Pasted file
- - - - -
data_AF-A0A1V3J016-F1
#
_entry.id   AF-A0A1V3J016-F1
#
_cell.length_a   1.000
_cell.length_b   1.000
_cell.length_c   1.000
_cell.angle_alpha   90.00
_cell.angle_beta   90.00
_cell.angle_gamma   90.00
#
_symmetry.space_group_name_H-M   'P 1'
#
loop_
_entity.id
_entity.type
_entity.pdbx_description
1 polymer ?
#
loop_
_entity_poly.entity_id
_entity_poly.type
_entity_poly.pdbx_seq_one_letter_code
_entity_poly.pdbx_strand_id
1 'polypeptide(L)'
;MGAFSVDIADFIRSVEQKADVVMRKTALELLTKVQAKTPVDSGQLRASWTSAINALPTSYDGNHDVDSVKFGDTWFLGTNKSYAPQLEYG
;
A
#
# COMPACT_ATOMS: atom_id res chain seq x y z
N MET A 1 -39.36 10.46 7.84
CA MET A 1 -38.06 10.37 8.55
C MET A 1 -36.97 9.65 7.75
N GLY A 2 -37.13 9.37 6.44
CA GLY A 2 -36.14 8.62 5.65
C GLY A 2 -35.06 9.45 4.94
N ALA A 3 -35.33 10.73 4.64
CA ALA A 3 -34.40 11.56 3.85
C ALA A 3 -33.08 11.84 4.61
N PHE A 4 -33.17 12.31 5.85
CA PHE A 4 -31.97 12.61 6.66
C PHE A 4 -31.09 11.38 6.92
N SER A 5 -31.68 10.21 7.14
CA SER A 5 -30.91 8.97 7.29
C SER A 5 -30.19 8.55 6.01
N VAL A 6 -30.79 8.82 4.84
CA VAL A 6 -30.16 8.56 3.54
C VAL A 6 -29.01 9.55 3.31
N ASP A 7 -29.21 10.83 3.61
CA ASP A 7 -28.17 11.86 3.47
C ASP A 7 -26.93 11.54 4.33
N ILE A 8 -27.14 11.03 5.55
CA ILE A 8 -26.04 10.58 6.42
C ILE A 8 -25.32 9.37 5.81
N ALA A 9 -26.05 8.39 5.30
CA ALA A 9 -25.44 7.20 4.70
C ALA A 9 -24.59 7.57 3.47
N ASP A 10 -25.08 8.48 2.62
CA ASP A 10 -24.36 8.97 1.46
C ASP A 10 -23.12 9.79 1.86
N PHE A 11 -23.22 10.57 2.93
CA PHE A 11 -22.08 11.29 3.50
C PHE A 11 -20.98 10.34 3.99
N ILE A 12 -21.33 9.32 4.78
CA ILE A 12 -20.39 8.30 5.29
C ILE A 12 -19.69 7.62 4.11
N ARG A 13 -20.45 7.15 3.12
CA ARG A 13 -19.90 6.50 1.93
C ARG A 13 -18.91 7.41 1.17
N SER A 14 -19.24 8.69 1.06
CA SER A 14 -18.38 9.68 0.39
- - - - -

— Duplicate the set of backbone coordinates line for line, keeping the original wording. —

data_AF-A0A1V3J016-F1
#
_entry.id   AF-A0A1V3J016-F1
#
_cell.length_a   1.000
_cell.length_b   1.000
_cell.length_c   1.000
_cell.angle_alpha   90.00
_cell.angle_beta   90.00
_cell.angle_gamma   90.00
#
_symmetry.space_group_name_H-M   'P 1'
#
loop_
_entity.id
_entity.type
_entity.pdbx_description
1 polymer ?
#
loop_
_entity_poly.entity_id
_entity_poly.type
_entity_poly.pdbx_seq_one_letter_code
_entity_poly.pdbx_strand_id
1 'polypeptide(L)'
;MGAFSVDIADFIRSVEQKADVVMRKTALELLTKVQAKTPVDSGQLRASWTSAINALPTSYDGNHDVDSVKFGDTWFLGTNKSYAPQLEYG
;
A
#
# COMPACT_ATOMS: atom_id res chain seq x y z
N MET A 1 -39.36 10.46 7.84
CA MET A 1 -38.06 10.37 8.55
C MET A 1 -36.97 9.65 7.75
N GLY A 2 -37.13 9.37 6.44
CA GLY A 2 -36.14 8.62 5.65
C GLY A 2 -35.06 9.45 4.94
N ALA A 3 -35.33 10.73 4.64
CA ALA A 3 -34.40 11.56 3.85
C ALA A 3 -33.08 11.84 4.61
N PHE A 4 -33.17 12.31 5.85
CA PHE A 4 -31.97 12.61 6.66
C PHE A 4 -31.09 11.38 6.92
N SER A 5 -31.68 10.21 7.14
CA SER A 5 -30.91 8.97 7.29
C SER A 5 -30.19 8.55 6.01
N VAL A 6 -30.79 8.82 4.84
CA VAL A 6 -30.16 8.56 3.54
C VAL A 6 -29.01 9.55 3.31
N ASP A 7 -29.21 10.83 3.61
CA ASP A 7 -28.17 11.86 3.47
C ASP A 7 -26.93 11.54 4.33
N ILE A 8 -27.14 11.03 5.55
CA ILE A 8 -26.04 10.58 6.42
C ILE A 8 -25.32 9.37 5.81
N ALA A 9 -26.05 8.39 5.30
CA ALA A 9 -25.44 7.20 4.70
C ALA A 9 -24.59 7.57 3.47
N ASP A 10 -25.08 8.48 2.62
CA ASP A 10 -24.36 8.97 1.46
C ASP A 10 -23.12 9.79 1.86
N PHE A 11 -23.22 10.57 2.93
CA PHE A 11 -22.08 11.29 3.50
C PHE A 11 -20.98 10.34 3.99
N ILE A 12 -21.33 9.32 4.78
CA ILE A 12 -20.39 8.30 5.29
C ILE A 12 -19.69 7.62 4.11
N ARG A 13 -20.45 7.15 3.12
CA ARG A 13 -19.90 6.50 1.93
C ARG A 13 -18.91 7.41 1.17
N SER A 14 -19.24 8.69 1.06
CA SER A 14 -18.38 9.68 0.39